Pokémon Sword & Pokémon Shield
Pokémon Sword and Shield have looked impressive every step of the way, but while we were able to play through a gym at E3 this year, extended hands-on time has eluded us thus far. Thankfully, that recently changed. I played through the first hour and a half of Pokémon Sword to see how the Switch’s first all-new mainline Pokémon game is shaking out.
The first thing I noticed was I could use a Switch Pro Controller, something not possible with last year’s Pokémon Let’s Go, Pikachu and Eevee. I didn’t have the opportunity to create my own character, but you can still choose basic looks (gender, skin tone, etc.) from the get-go. Also, I played docked in TV mode. In TV mode, Pokémon Sword ran smooth, without any noticeable hiccups or framerate drops.
As with all Pokémon games, the story begins with a character telling you about the exciting world of Pokémon. However, instead of it being the typical professor giving the monologue, Sword and Shield open with a speech from Chairman Rose in the middle of stadium in the style of a TV broadcast. The speech goes over the same beats as your typical Pokémon opening, but sets the tone for the sports-centric atmosphere in the Galar region. After a brief speech, undefeated Galar champion Leon emerges to begin a battle with a character I can’t yet discuss. Leon calls out his trusty Charizard and the broadcast cuts away just as his Charizard grows enormous in size.
Once you assume control of your character, you’re inside your idyllic countryside home. Your mum (get ready for lots of U.K.-inspired slang, by the way) and your friend Hop encourage you out the door as you learn the basics of the game. After making it to Wedgehurst, the first small town in Sword and Shield, you run into Leon who is addressing the town. After a spirited speech, it’s revealed that he’s Hop’s brother. When you meet him again back closer to your house, Leon gives you your starter Pokémon.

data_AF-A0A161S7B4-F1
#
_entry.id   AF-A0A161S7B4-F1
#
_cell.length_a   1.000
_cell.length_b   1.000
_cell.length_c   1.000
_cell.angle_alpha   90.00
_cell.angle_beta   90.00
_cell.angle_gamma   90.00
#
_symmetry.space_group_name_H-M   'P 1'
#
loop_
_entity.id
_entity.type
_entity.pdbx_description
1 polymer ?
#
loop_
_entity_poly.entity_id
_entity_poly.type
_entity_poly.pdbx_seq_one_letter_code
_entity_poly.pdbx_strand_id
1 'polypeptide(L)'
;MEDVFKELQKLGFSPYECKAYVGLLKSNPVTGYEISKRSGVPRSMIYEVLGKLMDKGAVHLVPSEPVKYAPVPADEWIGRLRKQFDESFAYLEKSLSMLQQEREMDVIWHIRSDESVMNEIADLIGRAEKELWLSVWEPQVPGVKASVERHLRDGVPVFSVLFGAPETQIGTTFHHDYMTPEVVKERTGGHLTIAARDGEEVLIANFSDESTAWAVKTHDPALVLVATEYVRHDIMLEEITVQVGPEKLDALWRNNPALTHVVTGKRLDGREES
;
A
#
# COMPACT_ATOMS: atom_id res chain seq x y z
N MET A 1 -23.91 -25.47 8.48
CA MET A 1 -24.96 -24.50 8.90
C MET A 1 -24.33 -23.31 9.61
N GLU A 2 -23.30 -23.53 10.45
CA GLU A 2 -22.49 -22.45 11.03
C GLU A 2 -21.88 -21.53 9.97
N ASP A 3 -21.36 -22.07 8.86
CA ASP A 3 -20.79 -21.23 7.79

I choose water-type Sobble, and Hop scoops up Scorbunny; since he’s positioned as a friendlier rival than those from the earlier games, he always picks the Pokémon that’s weak to the type you choose. Hop’s overflowing energy matches that of Scorbunny, so in my mind, it’s a perfect match. Leon then recalls the sole remaining Pokémon, Grookey. With a subtle emphasis on Leon bringing the grass-type back to his possession, I ask if we’ll ever see that particular Grookey again. The team declines to comment. As is tradition, with our first Pokémon in our possession, I battle my rival.
The transition from the overworld to battle is flashy, with expressive trainer images leading directly into their Pokémon sequence. It feels cinematic, even though it’s not anything we haven’t seen in other games outside of Pokémon before. After winning the battle, it’s time to head back to Wedgehurst – this time to visit Professor Magnolia’s lab. However, upon leaving, a Wooloo has broken through the fence by your house, so you must wander into the eerie Slumbering Weald to find it.
In the foggy Slumbering Weald, I run into a couple different types of new Pokémon, which I unfortunately can’t talk about. As I venture deeper into the woods, a mysterious creature appears before me. While I can’t spoil what happens, I eventually exit the Slumbering Weald, Wooloo by my side, and am back on track toward Wedgehurst.